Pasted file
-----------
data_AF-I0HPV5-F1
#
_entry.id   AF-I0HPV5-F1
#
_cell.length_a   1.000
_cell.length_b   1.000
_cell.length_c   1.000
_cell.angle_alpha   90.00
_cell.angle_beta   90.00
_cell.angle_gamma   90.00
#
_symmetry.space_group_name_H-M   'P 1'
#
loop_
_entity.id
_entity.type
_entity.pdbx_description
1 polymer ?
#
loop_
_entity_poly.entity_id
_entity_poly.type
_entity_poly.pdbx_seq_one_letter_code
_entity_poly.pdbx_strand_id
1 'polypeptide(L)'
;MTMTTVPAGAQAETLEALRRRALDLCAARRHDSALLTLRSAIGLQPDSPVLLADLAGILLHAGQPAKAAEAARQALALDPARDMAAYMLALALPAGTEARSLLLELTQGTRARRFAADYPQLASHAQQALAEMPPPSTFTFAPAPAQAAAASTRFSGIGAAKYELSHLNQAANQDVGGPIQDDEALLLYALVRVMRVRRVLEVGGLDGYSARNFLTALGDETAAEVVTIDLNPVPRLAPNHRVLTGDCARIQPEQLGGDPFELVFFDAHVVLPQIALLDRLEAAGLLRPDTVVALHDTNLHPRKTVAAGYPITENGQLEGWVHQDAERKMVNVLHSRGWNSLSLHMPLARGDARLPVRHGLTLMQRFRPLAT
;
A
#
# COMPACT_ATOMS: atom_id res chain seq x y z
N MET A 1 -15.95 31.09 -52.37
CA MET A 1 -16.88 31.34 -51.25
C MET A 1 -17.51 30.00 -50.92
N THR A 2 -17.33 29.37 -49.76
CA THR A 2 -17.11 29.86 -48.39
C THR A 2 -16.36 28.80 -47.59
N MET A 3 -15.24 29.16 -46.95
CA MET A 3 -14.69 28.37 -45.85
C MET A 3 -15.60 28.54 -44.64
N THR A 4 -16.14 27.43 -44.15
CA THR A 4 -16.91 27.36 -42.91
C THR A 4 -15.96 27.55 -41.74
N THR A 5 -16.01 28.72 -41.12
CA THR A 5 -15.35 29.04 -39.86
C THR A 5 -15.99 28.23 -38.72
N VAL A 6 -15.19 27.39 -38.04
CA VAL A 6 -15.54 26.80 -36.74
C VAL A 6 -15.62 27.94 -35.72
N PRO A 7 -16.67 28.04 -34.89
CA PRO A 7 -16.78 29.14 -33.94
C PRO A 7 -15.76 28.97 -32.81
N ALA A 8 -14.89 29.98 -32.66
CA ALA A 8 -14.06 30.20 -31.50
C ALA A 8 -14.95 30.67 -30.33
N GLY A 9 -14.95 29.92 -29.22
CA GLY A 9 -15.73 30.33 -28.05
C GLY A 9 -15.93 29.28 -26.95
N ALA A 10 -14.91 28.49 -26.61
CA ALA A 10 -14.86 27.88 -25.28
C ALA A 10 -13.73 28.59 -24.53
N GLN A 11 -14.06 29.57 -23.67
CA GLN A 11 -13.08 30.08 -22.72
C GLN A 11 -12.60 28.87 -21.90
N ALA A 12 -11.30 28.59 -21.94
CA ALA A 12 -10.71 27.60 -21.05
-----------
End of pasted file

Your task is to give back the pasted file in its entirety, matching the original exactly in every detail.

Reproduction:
data_AF-I0HPV5-F1
#
_entry.id   AF-I0HPV5-F1
#
_cell.length_a   1.000
_cell.length_b   1.000
_cell.length_c   1.000
_cell.angle_alpha   90.00
_cell.angle_beta   90.00
_cell.angle_gamma   90.00
#
_symmetry.space_group_name_H-M   'P 1'
#
loop_
_entity.id
_entity.type
_entity.pdbx_description
1 polymer ?
#
loop_
_entity_poly.entity_id
_entity_poly.type
_entity_poly.pdbx_seq_one_letter_code
_entity_poly.pdbx_strand_id
1 'polypeptide(L)'
;MTMTTVPAGAQAETLEALRRRALDLCAARRHDSALLTLRSAIGLQPDSPVLLADLAGILLHAGQPAKAAEAARQALALDPARDMAAYMLALALPAGTEARSLLLELTQGTRARRFAADYPQLASHAQQALAEMPPPSTFTFAPAPAQAAAASTRFSGIGAAKYELSHLNQAANQDVGGPIQDDEALLLYALVRVMRVRRVLEVGGLDGYSARNFLTALGDETAAEVVTIDLNPVPRLAPNHRVLTGDCARIQPEQLGGDPFELVFFDAHVVLPQIALLDRLEAAGLLRPDTVVALHDTNLHPRKTVAAGYPITENGQLEGWVHQDAERKMVNVLHSRGWNSLSLHMPLARGDARLPVRHGLTLMQRFRPLAT
;
A
#
# COMPACT_ATOMS: atom_id res chain seq x y z
N MET A 1 -15.95 31.09 -52.37
CA MET A 1 -16.88 31.34 -51.25
C MET A 1 -17.51 30.00 -50.92
N THR A 2 -17.33 29.37 -49.76
CA THR A 2 -17.11 29.86 -48.39
C THR A 2 -16.36 28.80 -47.59
N MET A 3 -15.24 29.16 -46.95
CA MET A 3 -14.69 28.37 -45.85
C MET A 3 -15.60 28.54 -44.64
N THR A 4 -16.14 27.43 -44.15
CA THR A 4 -16.91 27.36 -42.91
C THR A 4 -15.96 27.55 -41.74
N THR A 5 -16.01 28.72 -41.12
CA THR A 5 -15.35 29.04 -39.86
C THR A 5 -15.99 28.23 -38.72
N VAL A 6 -15.19 27.39 -38.04
CA VAL A 6 -15.54 26.80 -36.74
C VAL A 6 -15.62 27.94 -35.72
N PRO A 7 -16.67 28.04 -34.89
CA PRO A 7 -16.78 29.14 -33.94
C PRO A 7 -15.76 28.97 -32.81
N ALA A 8 -14.89 29.98 -32.66
CA ALA A 8 -14.06 30.20 -31.50
C ALA A 8 -14.95 30.67 -30.33
N GLY A 9 -14.95 29.92 -29.22
CA GLY A 9 -15.73 30.33 -28.05
C GLY A 9 -15.93 29.28 -26.95
N ALA A 10 -14.91 28.49 -26.61
CA ALA A 10 -14.86 27.88 -25.28
C ALA A 10 -13.73 28.59 -24.53
N GLN A 11 -14.06 29.57 -23.67
CA GLN A 11 -13.08 30.08 -22.72
C GLN A 11 -12.60 28.87 -21.90
N ALA A 12 -11.30 28.59 -21.94
CA ALA A 12 -10.71 27.60 -21.05